Intramural Sports: The Best Activity for First-Year Students

I owe much of the success of my first year at Colgate to the institution of intramural sports. Entering college, I received a hefty amount of advice revolving around personal choices. I was instructed to focus on diverse areas, to branch out, to dip my feet in new waters and search for the elusive identity a college degree supposedly provides. I’ve certainly heeded such urgings, but in the end, I’ve found my highest degree of enjoyment in my arena of comfort: sports. 

Intramural sports, in my mind, combine a variety of necessary success factors. Principal among these are stress-relief, competitive cultivation and social togetherness, in addition to the obvious benefits of exercise, which help to foster community in the face of unfamiliar circumstances. The start of college is a uniquely challenging time; few parents, friends, or relatives choose to include that fact within their fond collegiate recountings. On a bright Sunday in September, however, I chose to take a chance. In anticipation of an intramural basketball tournament scheduled for that afternoon, I knocked on doors, summoned acquaintances from my dorm floor and assembled a basketball team. 

We called ourselves the “Bricklayers”, after a basketball slang term that pokes fun at a poor shot that fails to hit the rim. Our expectations were low, as each of us had only recently met. We had no illusions about our hasty assemblage. We were just some guys – learning on the fly – attempting to figure college out. 

Later that day, the newly established Bricklayers competed, and the unifying powers of sports worked their uncanny brand of magic: somehow, we reached the finals. For me, this was a turning point in the early days of college navigation, simply because I had a ton of fun. It didn’t go any deeper than that. On the court, I felt like a kid again, a welcome contrast from the past few weeks, which had suddenly forced me to think like an adult. Later, with common interest in tow, the Bricklayers changed their name to the “Spoons” and expanded to intramural flag football, establishing a relentlessly active Instagram account and inviting fellow students to watch our games. These steps were repeated for the 5v5 winter basketball league and indoor soccer league, which our team finished with a championship victory and a resulting batch of free t-shirts.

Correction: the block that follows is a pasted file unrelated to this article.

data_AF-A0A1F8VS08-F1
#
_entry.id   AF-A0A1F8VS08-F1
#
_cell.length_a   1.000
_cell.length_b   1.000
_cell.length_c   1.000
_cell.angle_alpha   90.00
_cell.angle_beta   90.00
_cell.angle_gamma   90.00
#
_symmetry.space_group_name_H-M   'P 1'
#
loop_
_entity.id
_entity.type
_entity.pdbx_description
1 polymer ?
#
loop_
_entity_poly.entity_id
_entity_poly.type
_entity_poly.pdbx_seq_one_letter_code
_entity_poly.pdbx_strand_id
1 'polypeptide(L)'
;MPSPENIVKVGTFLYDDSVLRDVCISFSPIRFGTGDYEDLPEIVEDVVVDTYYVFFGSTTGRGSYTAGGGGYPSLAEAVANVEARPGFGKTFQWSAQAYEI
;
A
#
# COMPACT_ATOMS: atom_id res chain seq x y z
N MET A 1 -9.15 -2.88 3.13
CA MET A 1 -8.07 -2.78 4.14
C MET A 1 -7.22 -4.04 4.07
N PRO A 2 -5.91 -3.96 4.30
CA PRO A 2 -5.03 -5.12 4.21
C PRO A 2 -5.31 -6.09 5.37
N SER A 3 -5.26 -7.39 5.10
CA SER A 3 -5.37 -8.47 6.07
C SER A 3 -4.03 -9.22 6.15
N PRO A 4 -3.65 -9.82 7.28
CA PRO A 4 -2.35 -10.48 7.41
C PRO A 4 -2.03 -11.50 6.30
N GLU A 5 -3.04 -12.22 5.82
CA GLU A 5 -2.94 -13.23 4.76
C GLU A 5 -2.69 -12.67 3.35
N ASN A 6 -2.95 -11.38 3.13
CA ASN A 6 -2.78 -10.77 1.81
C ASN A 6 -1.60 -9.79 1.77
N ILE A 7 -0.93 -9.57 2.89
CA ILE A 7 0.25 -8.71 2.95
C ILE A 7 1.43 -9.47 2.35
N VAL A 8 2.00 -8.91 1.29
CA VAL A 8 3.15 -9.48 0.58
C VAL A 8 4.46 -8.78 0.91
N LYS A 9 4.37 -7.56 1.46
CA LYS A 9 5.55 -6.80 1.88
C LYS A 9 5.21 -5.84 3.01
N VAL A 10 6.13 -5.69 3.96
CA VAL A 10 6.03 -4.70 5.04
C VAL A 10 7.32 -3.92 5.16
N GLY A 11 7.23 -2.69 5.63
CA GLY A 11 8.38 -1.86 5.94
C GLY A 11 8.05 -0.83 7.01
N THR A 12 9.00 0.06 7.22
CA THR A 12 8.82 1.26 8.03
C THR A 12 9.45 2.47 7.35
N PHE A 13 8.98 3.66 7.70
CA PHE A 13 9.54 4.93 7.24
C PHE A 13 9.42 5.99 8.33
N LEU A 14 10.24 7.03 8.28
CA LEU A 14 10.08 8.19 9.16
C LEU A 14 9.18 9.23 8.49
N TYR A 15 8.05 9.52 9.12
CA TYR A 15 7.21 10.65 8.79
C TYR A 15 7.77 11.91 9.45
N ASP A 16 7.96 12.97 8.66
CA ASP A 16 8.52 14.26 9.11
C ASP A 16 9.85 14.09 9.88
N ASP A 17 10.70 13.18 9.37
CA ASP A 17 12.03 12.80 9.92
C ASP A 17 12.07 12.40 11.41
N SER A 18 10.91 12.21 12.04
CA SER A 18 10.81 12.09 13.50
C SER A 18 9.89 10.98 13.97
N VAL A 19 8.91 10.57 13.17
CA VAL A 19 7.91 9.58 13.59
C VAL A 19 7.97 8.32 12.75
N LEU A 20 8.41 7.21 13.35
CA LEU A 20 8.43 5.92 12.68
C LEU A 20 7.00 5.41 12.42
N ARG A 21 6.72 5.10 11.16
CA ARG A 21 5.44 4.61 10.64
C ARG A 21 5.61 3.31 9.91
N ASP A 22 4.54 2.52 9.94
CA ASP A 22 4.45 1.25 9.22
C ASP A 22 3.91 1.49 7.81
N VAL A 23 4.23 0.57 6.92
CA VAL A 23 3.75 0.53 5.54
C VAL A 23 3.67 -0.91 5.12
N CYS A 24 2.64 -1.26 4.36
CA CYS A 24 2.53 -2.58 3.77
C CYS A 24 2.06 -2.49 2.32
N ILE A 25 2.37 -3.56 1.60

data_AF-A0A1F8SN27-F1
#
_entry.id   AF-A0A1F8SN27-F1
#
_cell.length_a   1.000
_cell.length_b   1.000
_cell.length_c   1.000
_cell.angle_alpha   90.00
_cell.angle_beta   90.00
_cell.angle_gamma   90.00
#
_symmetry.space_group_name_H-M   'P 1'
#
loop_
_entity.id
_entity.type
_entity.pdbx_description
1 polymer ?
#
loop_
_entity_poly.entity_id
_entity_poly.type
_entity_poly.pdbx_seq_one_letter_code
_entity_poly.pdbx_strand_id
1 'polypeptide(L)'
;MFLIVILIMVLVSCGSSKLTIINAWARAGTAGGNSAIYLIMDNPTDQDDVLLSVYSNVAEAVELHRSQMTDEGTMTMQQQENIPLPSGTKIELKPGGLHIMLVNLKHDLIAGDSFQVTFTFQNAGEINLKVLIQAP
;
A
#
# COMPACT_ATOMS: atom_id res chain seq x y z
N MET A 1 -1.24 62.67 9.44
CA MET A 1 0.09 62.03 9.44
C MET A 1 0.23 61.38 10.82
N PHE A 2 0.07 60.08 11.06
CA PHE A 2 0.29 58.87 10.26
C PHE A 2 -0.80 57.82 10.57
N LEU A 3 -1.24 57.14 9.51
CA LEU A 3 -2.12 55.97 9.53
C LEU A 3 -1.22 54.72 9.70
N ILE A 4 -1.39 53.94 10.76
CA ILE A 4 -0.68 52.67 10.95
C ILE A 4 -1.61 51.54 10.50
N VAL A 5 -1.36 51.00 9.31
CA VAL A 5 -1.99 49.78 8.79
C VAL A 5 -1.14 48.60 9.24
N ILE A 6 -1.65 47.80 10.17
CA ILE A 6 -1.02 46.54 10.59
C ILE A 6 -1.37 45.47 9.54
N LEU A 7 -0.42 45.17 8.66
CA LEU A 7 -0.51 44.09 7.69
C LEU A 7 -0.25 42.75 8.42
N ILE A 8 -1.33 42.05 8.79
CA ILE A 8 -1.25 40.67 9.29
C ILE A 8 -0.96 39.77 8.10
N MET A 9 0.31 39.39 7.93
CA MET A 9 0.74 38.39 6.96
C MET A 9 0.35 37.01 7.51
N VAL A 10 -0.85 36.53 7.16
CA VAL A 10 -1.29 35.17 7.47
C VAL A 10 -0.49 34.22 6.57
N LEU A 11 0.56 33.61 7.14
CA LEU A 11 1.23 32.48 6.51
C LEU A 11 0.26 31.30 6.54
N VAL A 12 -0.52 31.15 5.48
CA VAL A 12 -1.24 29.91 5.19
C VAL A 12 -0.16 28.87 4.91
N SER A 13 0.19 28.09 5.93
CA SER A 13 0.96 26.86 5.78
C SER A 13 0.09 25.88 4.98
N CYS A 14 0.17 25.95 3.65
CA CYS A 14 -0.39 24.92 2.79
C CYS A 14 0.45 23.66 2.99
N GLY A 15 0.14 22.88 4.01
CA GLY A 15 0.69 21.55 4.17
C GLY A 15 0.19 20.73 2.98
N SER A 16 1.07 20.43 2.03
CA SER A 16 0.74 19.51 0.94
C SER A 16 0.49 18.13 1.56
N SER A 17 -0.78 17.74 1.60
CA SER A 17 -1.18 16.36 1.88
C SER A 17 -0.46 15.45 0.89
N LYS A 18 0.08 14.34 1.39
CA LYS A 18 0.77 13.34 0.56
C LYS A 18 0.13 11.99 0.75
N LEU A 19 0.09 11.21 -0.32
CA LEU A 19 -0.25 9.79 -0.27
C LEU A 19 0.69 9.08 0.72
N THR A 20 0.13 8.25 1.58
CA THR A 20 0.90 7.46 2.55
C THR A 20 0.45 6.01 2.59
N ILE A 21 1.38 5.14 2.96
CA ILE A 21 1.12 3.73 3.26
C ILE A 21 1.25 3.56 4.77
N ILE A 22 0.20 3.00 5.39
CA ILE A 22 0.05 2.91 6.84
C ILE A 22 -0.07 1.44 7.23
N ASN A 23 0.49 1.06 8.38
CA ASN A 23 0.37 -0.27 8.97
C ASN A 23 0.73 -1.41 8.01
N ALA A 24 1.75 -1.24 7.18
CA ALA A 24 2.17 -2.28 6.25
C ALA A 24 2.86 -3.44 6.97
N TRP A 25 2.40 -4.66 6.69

Were these extra efforts, these social media profiles and fan recruitments, at all necessary? Absolutely not. Or maybe so. Reflection has forced me to consider the latter. The camaraderie we established was the medicine to the change-driven insecurity of first-year fall. We chose to pour ourselves into a low-stakes environment because it provided some sort of unexplainable comfort. Everyone subscribed, and over time, our self-conceived intramural ridiculousness receded my stresses. 

Before arriving at Colgate, I’d never had so much schoolwork, and since kindergarten, I hadn’t been forced to acutely forge new friendships. I’m fortunate that such challenges are conventional for new college students, yet when foraging through their midst, any refuge feels like a lifeline. That’s why squeezing all the competition and potential for shenanigans from intramural sports was so integral to my sense of belonging. I, along with my teammates and eventual close friends, was subconsciously working hard to foster a community. And it worked. 

In addition, the Colgate intramural program, as aligned with that of most other schools, harbors both “A” and “B” divisions. This is an intelligent setup for a variety of reasons. First, competitive diversity provides a divide between washed-up, yet still passionate, athletes like myself and my teammates, and those less focused on intensity. As a result of this system, everything seems to fall into place, and all participants are well suited to benefit from the continuities I discussed above. 

It goes without saying that intramural sports aren’t the answer to everyone’s problems. Similarly, advice to college first-years to “find your outlet” is widely circulated, and approaching cliché status. What I hope I’ve demonstrated is that intramural sports cover a wide range of bases, causal factors that influence personal happiness and belonging in an unfamiliar environment. College kids are overworked, stressed and malnourished, and intramurals provide the perfect antidote for the darker sides of college life. Above all supposed clinical benefits, sports are fun. It’s that simple.